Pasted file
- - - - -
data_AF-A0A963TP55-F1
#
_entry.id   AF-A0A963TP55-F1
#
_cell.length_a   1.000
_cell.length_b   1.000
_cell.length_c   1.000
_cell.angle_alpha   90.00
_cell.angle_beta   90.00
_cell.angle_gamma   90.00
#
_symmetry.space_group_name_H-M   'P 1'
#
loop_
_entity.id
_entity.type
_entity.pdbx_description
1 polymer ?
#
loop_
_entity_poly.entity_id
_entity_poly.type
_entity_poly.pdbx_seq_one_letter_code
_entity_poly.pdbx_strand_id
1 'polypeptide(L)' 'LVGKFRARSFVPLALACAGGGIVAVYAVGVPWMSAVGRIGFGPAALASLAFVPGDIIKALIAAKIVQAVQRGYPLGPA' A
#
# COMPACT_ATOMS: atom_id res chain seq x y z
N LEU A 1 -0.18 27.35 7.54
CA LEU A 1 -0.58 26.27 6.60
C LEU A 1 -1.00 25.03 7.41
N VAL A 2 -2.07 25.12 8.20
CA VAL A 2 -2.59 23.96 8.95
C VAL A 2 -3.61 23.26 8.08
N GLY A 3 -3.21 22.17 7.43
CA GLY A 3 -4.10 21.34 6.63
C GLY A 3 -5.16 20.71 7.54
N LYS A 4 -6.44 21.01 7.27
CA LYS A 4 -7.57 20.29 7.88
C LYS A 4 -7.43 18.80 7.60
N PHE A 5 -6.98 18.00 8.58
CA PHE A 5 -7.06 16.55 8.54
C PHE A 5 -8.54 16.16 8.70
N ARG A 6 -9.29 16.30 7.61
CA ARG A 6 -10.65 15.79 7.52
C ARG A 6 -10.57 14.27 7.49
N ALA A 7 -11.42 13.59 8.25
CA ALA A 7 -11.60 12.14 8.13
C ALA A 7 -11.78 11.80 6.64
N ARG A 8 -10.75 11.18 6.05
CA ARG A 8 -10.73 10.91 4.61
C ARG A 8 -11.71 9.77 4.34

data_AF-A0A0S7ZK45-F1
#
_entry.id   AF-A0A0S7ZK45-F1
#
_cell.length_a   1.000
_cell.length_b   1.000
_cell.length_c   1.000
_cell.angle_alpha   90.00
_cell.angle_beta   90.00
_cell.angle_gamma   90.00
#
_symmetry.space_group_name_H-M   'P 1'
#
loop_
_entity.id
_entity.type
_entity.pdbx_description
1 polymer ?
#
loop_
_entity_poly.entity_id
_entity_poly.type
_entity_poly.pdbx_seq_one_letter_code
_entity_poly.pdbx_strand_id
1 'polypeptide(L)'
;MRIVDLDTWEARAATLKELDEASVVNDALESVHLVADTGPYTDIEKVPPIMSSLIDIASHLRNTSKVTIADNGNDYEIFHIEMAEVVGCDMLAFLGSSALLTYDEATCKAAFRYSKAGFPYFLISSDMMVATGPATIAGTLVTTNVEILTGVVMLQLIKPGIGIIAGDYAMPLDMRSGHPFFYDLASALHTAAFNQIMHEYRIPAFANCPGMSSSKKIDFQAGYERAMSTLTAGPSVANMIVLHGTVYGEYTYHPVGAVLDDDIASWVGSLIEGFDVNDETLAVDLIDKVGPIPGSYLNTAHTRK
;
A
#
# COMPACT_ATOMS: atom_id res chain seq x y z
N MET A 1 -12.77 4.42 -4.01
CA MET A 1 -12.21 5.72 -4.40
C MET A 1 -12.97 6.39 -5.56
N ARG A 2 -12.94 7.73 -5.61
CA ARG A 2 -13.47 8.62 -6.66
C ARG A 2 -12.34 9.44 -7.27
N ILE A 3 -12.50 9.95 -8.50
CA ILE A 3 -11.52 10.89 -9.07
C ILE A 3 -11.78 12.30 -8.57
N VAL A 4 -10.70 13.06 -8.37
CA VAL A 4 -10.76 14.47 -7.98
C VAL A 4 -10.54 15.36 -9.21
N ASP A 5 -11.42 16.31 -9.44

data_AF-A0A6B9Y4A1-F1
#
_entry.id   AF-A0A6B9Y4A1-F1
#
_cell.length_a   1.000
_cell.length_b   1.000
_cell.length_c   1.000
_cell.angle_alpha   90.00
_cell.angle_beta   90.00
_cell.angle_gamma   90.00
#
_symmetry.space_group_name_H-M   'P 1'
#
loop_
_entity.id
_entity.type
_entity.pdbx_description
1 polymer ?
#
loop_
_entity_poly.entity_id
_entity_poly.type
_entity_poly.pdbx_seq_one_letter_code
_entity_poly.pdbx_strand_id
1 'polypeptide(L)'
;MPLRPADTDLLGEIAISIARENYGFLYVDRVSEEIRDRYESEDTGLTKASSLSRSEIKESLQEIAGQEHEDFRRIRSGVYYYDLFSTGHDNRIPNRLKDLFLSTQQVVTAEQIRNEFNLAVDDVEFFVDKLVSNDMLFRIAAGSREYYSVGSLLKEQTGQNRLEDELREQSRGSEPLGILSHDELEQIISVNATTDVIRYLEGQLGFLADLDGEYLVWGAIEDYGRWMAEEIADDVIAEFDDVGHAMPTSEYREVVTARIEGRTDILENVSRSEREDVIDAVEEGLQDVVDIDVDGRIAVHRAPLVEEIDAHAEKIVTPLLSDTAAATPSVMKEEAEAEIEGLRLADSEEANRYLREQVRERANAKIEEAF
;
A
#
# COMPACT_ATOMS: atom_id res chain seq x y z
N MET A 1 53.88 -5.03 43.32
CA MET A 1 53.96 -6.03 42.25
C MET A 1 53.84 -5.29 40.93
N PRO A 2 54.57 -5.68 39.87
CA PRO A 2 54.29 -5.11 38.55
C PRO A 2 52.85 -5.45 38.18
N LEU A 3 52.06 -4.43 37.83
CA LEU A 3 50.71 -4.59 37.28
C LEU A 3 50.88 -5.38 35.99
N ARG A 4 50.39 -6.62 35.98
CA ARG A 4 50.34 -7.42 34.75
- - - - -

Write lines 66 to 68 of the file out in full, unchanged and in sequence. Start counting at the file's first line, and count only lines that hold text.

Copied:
_entity.id
_entity.type
_entity.pdbx_description